becomes inaccurate below one. However, it was found that the level of conservatism introduced by

overestimating the tangential stress at the hub/shell junction, which occurs in some cases, was minimal.

The only other modification to the standard Appendix 2 equations is that the moment M O used in the calculations

is taken as per the equation below:

M O B Ab hG (1)

Ab = the total bolt root area (mm2, in2) per Appendix 2, Notation

f2

STO SH (2)

f

where f = the hub stress correction factor, per Appendix 2, Fig. 2-7.6 or the below equation. The below

equation for f is provided as an alternative to the Appendix 2 equation, in order that the expressions for f and

f 2 can have the same base equation. The two relationships (below and Appendix 2) agree across the full range

within 3%.

f 2 = a second hub stress correction factor, determined per the equation below:

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WRC Bulletin 538

Determination of Pressure Boundary Joint Assembly Bolt Loads

2

g1 h g1 h

2

g h

a +c +e +g +i +k 1

g0 h 0 g0 h 0 g 0 h 0

fn (3)

g1 h g1

2

h

2

g h

1+b +d +f +h +j 1

g0 h 0 g0 h0 g 0 h 0

And

f max 1.0, f1

h

f 2 max 0.25, f 2 for 0.35

h0

h

f 2 max 0.25, f3 for 0.35

h0

where the definition of g1 , g 0 , h and h0 are as per ASME Appendix 2 and the constants a through k , for each

of the f variables, are defined per the table below:

Graphical representations of f and f 2 are shown in Appendix B of this document. These plots are similar to the

existing plots of f in ASME VIII, Div. 1, Appendix 2.

f f2 f3

a -0.71375912 -0.01447638 -0.06456312

By using the equations below and those contained in ASME Appendix 2, the stress levels at the following

locations can be compared with the limits listed following them. Note that the limits are based on material yield at

assembly (ambient) temperature S .

ya In addition, it should be noted that these limits are selected with the

expectation that some localized yielding of the flange is acceptable and does occur in most flange cases when

assembled to sufficient bolt stress to ensure joint integrity. The limits are applied using the elastic equations and,

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WRC Bulletin 538

Determination of Pressure Boundary Joint Assembly Bolt Loads

therefore, indicate stress levels that are well above yield. However, they have been verified against Elastic-

Plastic FEA to be below the point of GPD for the flange, which is the true limit of flange strength (as opposed to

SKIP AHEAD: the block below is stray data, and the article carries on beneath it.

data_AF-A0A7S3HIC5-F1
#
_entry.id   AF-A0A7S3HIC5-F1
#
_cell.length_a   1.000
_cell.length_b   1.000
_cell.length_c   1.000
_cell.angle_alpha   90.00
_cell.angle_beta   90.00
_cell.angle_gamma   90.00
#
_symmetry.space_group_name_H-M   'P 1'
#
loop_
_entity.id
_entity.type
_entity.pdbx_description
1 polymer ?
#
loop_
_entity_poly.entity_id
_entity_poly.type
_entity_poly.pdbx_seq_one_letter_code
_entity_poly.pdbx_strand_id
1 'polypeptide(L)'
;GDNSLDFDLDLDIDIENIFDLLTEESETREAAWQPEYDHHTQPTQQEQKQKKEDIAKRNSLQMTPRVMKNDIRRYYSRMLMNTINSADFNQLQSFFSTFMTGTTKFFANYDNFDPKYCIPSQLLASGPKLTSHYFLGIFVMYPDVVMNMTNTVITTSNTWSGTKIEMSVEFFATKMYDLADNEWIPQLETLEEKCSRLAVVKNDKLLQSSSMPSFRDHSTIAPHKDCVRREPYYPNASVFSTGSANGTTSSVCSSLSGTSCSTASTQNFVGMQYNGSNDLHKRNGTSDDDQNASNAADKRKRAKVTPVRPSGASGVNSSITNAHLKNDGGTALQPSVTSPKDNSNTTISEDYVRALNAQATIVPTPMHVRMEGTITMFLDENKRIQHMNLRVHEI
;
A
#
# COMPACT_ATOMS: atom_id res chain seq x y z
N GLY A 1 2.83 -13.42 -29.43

localized yielding, which has no effect on flange strength).

b) Tangential Stress at Hub/Flange Junction: ST 1.5S ya

c) Tangential Stress at Hub/Shell Junction: STO 1.0S ya

d) Combined Stress at Hub/Flange Junction: SH f ST 3.0S ya

e) Combined Stress at Hub/Flange Junction: SR ST 3.0S ya

f) Combined Stress at Hub/Shell Junction: SH STO 3.0S ya

g) Radial Stress at Hub/Flange Junction: SR 2.0S ya

In order to determine the flange limit on assembly bolt stress S f max , the assembly bolt stress is increased until

one of the above limits is exceeded. The above limits were determined by comparison to Elastic-Plastic FEA

results and give, in most cases, a result that is within 10% of the value calculated using Elastic-Plastic FEA. This

is considered sufficiently accurate for the intended purpose. When considering these limits by comparison to

pressure vessel and piping design practices it is necessary to remember that the flange stresses are

predominantly controlled by the bolt load. The bolt load is set at assembly and creates secondary stresses in the

joint, since once assembled the joint deformation is displacement controlled. Therefore, the presence of localized

portions of the flange at yield should not be a concern. Under repeated assembly and operational cycles the

flange will shake-down to a final stress state where no further yielding occurs. The above stress limits are chosen

with this in mind and will seem excessive by comparison to present flange design stress limits, due to the different

intent of the flange design method (to adequately size the flange) versus this method (to determine the strength of

the flange). A more practical measure to use for flange design would be the method contained in this document,

with the flange stresses calculated at bolt yield. This would ensure that the flange was never the limiting strength

component of the joint.

The preceding limits are for the flange assembly case. Typically this is the controlling case, since gasket

relaxation will result in a much lower residual bolt stress during subsequent joint operation. However, in cases

where the flange yield strength will be reduced by a greater amount than the expected joint relaxation, it is